17.10 Emollients, wound management

For emollient products please refer to section 13.2 Emollient and barrier preparations

Emollients provide itch relief, reduce shedding of skin scales, reduce eczema flares and allow dry, cracked thickened skin to return to normal. Their effects are short-lived and they should be applied frequently even after improvement occurs.

There is little evidence to guide the prescribing of emollients; in most cases when changing therapy there is no more sensible guide to the next product to try other than by cost.

Offer a choice of unperfumed emollients for everyday moisturising, washing and bathing. It is important to use a product which suits the patient and is effective for them. Offer alternatives if one emollient causes irritation or is not acceptable. Many patients benefit from a greasier ointment-like preparation at night or on very dry areas such as limbs, and a lighter cream for the daytime or on areas such as the face.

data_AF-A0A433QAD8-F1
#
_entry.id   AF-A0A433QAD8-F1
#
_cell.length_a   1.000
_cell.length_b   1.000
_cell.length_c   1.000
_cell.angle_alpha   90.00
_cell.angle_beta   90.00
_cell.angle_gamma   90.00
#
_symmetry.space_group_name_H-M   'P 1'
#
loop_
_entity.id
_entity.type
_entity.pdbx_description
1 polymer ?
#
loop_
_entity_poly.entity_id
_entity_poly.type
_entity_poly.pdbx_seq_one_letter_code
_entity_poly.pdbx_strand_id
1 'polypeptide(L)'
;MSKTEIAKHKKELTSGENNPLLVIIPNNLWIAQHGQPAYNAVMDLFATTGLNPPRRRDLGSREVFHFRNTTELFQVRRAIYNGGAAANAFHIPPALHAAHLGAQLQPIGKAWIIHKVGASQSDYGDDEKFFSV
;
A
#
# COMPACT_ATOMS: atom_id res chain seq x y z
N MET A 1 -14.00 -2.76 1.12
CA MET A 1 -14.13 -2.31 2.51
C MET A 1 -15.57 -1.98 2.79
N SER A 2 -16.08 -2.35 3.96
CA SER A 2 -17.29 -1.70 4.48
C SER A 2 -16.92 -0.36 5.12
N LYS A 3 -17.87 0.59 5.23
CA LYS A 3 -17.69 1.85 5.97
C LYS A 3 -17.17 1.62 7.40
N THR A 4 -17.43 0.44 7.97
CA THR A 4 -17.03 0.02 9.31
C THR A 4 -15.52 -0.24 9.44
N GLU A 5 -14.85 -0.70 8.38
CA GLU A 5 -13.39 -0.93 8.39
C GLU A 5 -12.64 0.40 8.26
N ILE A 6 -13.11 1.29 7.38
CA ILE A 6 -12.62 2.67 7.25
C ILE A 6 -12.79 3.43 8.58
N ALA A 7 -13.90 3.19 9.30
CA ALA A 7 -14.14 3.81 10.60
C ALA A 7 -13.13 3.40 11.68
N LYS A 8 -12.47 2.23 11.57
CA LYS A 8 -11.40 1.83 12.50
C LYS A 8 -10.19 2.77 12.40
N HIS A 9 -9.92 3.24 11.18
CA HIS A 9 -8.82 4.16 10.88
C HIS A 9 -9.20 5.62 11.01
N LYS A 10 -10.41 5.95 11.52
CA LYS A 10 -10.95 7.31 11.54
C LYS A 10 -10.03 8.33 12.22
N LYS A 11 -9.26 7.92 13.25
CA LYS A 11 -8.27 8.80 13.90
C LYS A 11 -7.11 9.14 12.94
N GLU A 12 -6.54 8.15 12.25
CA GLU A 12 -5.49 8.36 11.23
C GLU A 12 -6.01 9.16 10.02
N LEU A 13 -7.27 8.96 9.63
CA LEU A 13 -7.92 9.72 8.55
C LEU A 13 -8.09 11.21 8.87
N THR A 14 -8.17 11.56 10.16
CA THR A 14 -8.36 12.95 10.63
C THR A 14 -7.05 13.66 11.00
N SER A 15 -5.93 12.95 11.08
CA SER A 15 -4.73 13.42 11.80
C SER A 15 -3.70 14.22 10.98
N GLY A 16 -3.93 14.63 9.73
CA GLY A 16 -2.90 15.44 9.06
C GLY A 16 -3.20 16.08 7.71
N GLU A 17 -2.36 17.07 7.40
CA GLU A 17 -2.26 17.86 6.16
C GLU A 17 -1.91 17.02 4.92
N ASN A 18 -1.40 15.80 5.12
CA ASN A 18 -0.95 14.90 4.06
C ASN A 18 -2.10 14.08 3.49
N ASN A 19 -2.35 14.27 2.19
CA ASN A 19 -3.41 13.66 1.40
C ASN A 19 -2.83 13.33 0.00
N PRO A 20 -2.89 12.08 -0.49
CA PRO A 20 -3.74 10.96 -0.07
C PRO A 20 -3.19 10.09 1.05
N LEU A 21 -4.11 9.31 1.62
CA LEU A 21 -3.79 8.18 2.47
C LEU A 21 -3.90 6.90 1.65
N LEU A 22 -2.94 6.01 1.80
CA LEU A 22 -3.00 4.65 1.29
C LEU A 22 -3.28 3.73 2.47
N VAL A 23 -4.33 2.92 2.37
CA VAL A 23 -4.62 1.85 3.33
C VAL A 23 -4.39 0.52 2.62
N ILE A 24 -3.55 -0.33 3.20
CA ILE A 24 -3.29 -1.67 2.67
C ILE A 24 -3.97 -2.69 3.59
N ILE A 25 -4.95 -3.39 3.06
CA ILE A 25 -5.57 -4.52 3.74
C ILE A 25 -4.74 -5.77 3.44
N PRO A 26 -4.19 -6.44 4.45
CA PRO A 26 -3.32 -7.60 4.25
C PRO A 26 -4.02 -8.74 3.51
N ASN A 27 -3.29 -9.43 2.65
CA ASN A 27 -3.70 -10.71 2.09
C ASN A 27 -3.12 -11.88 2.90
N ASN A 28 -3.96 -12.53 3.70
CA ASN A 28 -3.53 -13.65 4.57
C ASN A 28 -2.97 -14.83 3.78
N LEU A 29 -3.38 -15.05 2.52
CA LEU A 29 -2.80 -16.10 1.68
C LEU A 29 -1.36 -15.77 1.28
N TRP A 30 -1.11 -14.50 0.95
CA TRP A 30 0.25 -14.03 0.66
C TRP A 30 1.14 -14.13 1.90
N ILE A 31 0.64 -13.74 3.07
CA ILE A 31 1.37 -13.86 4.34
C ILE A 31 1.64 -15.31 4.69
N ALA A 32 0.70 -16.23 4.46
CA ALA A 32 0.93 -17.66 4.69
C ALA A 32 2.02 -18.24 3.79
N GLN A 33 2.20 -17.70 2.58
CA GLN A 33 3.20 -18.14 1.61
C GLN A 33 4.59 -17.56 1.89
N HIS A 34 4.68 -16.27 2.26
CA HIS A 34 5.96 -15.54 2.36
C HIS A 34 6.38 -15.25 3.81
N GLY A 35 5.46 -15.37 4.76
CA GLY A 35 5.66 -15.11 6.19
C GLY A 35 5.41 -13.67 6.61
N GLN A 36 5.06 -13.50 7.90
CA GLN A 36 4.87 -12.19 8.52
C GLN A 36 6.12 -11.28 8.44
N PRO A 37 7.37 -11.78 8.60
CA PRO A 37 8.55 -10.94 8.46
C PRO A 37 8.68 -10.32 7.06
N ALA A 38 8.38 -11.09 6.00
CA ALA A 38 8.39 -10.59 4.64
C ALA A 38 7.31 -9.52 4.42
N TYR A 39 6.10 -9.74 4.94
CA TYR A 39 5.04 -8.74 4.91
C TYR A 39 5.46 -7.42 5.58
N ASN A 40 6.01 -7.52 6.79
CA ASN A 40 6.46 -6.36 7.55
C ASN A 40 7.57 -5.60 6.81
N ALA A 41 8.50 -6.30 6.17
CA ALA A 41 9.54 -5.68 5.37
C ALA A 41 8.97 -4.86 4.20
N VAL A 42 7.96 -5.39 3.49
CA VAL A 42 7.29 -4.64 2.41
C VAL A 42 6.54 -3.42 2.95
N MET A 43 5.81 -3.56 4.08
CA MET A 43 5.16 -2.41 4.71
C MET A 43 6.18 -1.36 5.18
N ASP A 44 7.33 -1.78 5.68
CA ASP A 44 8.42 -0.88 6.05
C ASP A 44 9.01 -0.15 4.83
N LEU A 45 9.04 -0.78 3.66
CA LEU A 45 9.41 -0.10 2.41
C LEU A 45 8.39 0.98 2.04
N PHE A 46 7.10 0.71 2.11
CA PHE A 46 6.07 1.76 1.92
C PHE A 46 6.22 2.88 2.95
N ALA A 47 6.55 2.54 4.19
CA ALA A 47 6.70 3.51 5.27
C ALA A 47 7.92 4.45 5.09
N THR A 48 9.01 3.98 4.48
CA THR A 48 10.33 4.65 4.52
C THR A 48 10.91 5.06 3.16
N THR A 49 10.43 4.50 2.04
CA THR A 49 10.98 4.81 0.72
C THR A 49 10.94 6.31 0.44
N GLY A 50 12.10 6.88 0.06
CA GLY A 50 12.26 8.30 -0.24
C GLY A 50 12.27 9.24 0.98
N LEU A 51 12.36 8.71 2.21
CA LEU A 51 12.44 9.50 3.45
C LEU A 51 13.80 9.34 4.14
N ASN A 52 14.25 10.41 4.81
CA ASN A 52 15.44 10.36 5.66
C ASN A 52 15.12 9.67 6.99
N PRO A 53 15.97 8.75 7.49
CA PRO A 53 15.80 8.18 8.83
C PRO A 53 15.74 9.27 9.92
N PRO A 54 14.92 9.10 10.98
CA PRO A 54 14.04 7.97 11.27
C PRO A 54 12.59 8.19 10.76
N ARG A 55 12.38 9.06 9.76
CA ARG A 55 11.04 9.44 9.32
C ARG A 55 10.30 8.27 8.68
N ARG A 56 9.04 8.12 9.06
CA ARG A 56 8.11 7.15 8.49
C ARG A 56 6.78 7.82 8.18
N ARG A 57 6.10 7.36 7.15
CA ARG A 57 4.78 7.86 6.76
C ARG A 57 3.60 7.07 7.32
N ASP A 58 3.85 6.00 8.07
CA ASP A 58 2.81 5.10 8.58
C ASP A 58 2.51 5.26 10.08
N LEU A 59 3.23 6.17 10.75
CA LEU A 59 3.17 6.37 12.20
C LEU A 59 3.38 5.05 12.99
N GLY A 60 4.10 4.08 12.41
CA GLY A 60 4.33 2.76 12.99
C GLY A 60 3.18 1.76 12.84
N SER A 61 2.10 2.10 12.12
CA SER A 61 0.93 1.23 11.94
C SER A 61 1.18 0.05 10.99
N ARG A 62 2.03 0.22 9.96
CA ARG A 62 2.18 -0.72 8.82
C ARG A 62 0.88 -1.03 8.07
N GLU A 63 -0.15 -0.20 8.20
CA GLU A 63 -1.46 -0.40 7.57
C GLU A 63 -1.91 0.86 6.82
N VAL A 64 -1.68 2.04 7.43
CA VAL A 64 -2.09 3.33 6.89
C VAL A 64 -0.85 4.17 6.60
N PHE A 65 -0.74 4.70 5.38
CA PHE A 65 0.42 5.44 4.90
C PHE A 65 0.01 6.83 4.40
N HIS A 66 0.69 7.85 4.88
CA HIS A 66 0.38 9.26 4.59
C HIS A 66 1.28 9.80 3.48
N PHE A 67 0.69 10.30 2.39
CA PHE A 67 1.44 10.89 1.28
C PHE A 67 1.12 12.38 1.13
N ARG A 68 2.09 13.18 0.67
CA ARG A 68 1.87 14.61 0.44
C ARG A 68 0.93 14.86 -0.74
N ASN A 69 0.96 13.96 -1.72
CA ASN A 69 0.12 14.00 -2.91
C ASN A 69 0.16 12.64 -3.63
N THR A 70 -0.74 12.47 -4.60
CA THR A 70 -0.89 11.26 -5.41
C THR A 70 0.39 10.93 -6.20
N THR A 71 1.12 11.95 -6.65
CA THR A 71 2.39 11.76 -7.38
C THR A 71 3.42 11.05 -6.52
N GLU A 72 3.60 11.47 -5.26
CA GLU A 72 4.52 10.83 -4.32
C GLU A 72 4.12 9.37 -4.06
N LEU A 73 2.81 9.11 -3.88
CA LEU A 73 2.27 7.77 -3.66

Emollients should be:

  • used more often and in larger amounts than other treatments
  • used on the whole body even when atopic eczema is clear
  • used while using other treatments
  • used instead of soaps and detergent-based wash products
  • easily available to use at nursery, school or work

Adults would normally require at least 250g of emollients per week and children 125g.


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